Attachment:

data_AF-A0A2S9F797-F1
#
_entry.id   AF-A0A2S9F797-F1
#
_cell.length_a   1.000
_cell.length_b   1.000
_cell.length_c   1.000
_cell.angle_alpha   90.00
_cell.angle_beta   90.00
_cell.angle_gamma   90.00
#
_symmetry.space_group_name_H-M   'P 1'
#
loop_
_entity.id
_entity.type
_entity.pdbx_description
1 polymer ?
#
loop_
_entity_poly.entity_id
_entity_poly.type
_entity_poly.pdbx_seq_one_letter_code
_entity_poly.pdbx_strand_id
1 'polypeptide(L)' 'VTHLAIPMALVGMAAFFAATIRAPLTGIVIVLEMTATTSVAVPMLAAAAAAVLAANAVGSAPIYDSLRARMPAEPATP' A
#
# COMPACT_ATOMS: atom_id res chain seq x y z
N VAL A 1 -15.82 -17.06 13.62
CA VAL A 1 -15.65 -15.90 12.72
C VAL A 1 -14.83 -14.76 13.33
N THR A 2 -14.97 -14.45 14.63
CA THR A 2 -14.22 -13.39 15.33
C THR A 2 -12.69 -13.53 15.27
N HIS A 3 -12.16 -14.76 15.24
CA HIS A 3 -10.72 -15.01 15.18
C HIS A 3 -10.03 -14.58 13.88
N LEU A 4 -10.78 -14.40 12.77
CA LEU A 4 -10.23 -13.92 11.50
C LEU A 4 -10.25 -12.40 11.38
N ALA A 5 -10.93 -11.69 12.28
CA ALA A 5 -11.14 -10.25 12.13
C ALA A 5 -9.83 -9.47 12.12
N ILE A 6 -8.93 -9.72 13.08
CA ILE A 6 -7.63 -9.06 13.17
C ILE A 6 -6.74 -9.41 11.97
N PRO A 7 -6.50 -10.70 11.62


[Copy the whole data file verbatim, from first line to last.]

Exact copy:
data_AF-A0A2S9F797-F1
#
_entry.id   AF-A0A2S9F797-F1
#
_cell.length_a   1.000
_cell.length_b   1.000
_cell.length_c   1.000
_cell.angle_alpha   90.00
_cell.angle_beta   90.00
_cell.angle_gamma   90.00
#
_symmetry.space_group_name_H-M   'P 1'
#
loop_
_entity.id
_entity.type
_entity.pdbx_description
1 polymer ?
#
loop_
_entity_poly.entity_id
_entity_poly.type
_entity_poly.pdbx_seq_one_letter_code
_entity_poly.pdbx_strand_id
1 'polypeptide(L)' 'VTHLAIPMALVGMAAFFAATIRAPLTGIVIVLEMTATTSVAVPMLAAAAAAVLAANAVGSAPIYDSLRARMPAEPATP' A
#
# COMPACT_ATOMS: atom_id res chain seq x y z
N VAL A 1 -15.82 -17.06 13.62
CA VAL A 1 -15.65 -15.90 12.72
C VAL A 1 -14.83 -14.76 13.33
N THR A 2 -14.97 -14.45 14.63
CA THR A 2 -14.22 -13.39 15.33
C THR A 2 -12.69 -13.53 15.27
N HIS A 3 -12.16 -14.76 15.24
CA HIS A 3 -10.72 -15.01 15.18
C HIS A 3 -10.03 -14.58 13.88
N LEU A 4 -10.78 -14.40 12.77
CA LEU A 4 -10.23 -13.92 11.50
C LEU A 4 -10.25 -12.40 11.38
N ALA A 5 -10.93 -11.69 12.28
CA ALA A 5 -11.14 -10.25 12.13
C ALA A 5 -9.83 -9.47 12.12
N ILE A 6 -8.93 -9.72 13.08
CA ILE A 6 -7.63 -9.06 13.17
C ILE A 6 -6.74 -9.41 11.97
N PRO A 7 -6.50 -10.70 11.62